Welch Warns President On War Powers Act
06/15/11 5:50PM By Bob Kinzel
| MP3 || Download MP3 |
(Host) Congressman Peter Welch says President Obama is "dangerously close" to being in violation of the War Powers Act, because he hasn't sought Congressional approval for U.S. military actions in Libya.
Welch says he's calling on the President to comply with the law in the next few days, because an important Constitutional issue is at stake.VPR's Bob Kinzel reports:
(Kinzel) The War Powers Act was passed in 1973 and it requires a president to seek Congressional authorization for the deployment of military forces beyond a 90 day time period.
The Obama Administration hasn't sought Congressional approval for its military actions in Libya and the 90 day deadline will expire this weekend.
Congressman Peter Welch says it's critical for the Administration to adhere to the provisions of the law before the time limit runs out.
(Welch) "The White House is dangerously close to being in violation of the War Powers Act. That act is about the question as to whether any President has the right unilaterally to commit American forces to hostilities that's a fundamental separation of powers issue it's not about a particular President it's about the Constitution."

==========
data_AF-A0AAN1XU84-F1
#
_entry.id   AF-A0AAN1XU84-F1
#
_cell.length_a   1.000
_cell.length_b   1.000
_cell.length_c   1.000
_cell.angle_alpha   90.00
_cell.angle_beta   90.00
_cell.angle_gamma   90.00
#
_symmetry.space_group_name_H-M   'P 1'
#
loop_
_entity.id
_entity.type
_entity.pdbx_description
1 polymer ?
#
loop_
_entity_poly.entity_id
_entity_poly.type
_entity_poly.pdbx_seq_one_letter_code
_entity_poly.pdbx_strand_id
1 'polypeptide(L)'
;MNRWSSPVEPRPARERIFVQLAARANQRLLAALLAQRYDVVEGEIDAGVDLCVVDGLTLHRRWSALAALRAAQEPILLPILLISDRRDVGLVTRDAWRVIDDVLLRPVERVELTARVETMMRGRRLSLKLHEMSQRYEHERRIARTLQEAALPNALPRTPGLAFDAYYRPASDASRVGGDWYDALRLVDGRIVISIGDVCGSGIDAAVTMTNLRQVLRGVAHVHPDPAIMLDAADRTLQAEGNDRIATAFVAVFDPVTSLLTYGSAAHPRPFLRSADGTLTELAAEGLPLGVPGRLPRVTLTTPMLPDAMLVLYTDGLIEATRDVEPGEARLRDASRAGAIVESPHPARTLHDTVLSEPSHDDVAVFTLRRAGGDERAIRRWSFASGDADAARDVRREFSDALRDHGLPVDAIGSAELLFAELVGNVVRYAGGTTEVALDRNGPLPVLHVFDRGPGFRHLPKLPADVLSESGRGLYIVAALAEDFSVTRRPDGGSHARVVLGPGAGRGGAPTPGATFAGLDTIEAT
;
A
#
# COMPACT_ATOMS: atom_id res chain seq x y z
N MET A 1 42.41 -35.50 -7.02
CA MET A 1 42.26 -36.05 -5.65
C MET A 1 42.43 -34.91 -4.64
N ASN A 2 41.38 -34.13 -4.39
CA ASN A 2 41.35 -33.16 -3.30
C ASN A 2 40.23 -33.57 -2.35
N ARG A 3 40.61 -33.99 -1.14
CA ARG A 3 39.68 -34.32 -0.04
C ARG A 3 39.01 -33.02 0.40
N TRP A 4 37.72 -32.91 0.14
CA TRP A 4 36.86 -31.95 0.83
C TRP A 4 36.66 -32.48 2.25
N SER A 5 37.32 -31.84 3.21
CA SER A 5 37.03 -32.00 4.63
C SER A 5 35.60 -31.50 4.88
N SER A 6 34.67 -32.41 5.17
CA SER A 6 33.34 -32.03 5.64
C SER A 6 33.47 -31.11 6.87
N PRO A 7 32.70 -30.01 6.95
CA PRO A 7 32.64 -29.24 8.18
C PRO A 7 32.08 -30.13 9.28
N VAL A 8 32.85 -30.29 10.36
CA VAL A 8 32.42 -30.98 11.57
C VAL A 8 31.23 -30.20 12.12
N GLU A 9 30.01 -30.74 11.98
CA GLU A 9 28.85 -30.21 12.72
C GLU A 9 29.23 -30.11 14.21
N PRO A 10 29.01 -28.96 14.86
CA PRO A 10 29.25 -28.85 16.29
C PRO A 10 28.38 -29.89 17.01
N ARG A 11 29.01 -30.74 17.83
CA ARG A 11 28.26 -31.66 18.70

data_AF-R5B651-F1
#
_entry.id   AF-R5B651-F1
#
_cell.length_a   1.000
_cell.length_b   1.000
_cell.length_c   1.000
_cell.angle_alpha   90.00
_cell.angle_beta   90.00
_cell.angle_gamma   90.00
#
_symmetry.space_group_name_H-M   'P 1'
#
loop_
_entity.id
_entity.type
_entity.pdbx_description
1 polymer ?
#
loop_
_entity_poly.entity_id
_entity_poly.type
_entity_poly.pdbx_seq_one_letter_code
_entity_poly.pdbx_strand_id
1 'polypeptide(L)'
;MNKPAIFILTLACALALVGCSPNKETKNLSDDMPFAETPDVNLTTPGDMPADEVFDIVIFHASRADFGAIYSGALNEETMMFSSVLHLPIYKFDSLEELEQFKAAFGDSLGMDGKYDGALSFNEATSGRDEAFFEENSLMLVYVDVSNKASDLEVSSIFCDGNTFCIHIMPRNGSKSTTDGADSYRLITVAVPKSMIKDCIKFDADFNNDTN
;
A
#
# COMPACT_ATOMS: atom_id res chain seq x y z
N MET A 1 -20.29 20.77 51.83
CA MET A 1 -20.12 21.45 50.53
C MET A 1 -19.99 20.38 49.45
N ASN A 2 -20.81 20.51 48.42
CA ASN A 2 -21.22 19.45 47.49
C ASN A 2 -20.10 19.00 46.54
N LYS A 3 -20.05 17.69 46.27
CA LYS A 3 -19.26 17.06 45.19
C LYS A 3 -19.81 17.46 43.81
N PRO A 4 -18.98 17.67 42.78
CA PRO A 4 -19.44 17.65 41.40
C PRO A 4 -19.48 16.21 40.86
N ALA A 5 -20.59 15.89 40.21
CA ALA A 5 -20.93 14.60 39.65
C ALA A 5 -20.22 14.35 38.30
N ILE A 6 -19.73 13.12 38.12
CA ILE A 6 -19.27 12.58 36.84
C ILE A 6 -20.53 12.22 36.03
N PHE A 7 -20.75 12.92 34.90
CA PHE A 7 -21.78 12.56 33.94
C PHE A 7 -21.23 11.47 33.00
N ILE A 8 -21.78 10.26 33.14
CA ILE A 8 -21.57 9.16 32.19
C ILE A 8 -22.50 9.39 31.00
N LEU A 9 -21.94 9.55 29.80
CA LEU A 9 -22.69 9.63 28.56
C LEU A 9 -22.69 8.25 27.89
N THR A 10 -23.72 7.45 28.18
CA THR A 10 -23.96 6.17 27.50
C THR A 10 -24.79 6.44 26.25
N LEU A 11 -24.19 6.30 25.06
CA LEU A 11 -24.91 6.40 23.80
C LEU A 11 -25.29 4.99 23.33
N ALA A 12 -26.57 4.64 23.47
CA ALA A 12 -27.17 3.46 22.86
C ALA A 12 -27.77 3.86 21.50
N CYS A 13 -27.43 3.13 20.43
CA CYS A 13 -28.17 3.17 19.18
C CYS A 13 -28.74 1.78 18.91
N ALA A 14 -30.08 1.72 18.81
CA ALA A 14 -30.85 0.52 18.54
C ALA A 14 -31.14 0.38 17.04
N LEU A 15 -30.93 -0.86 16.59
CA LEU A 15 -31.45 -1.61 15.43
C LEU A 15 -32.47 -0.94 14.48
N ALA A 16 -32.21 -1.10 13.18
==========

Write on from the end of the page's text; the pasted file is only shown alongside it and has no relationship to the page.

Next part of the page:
(Kinzel) Welch says the War Powers Act is structured to give a president the ability to react to a crisis with military force, but after 3 months, Congress must authorize the activities.
(Welch) "The President has some latitude to make a critical decision that has to be made immediately but that's limited and we're beyond that. The War Powers Act gives some latitude to the President latitude has been granted or he's taken it but now it's time for him to come to Congress in my view and comply with the Constitution."
(Kinzel) And Welch thinks the President would benefit from winning Congressional authorization for his policies in Libya.
(Welch) "I think it's a wise thing for the executive to do. What we've learned if nothing else is that if we're going to commit American forces and we're going to ask taxpayers to commit their money then the American people have to be supportive of that effort."
(Kinzel) Welch says the White House has indicated that it plans to provide Congress with additional information about its military actions in Libya and he hopes the Administration will include Congressional authorization for these policies as part of its overall package.
For VPR News, I'm Bob Kinzel in Montpelier.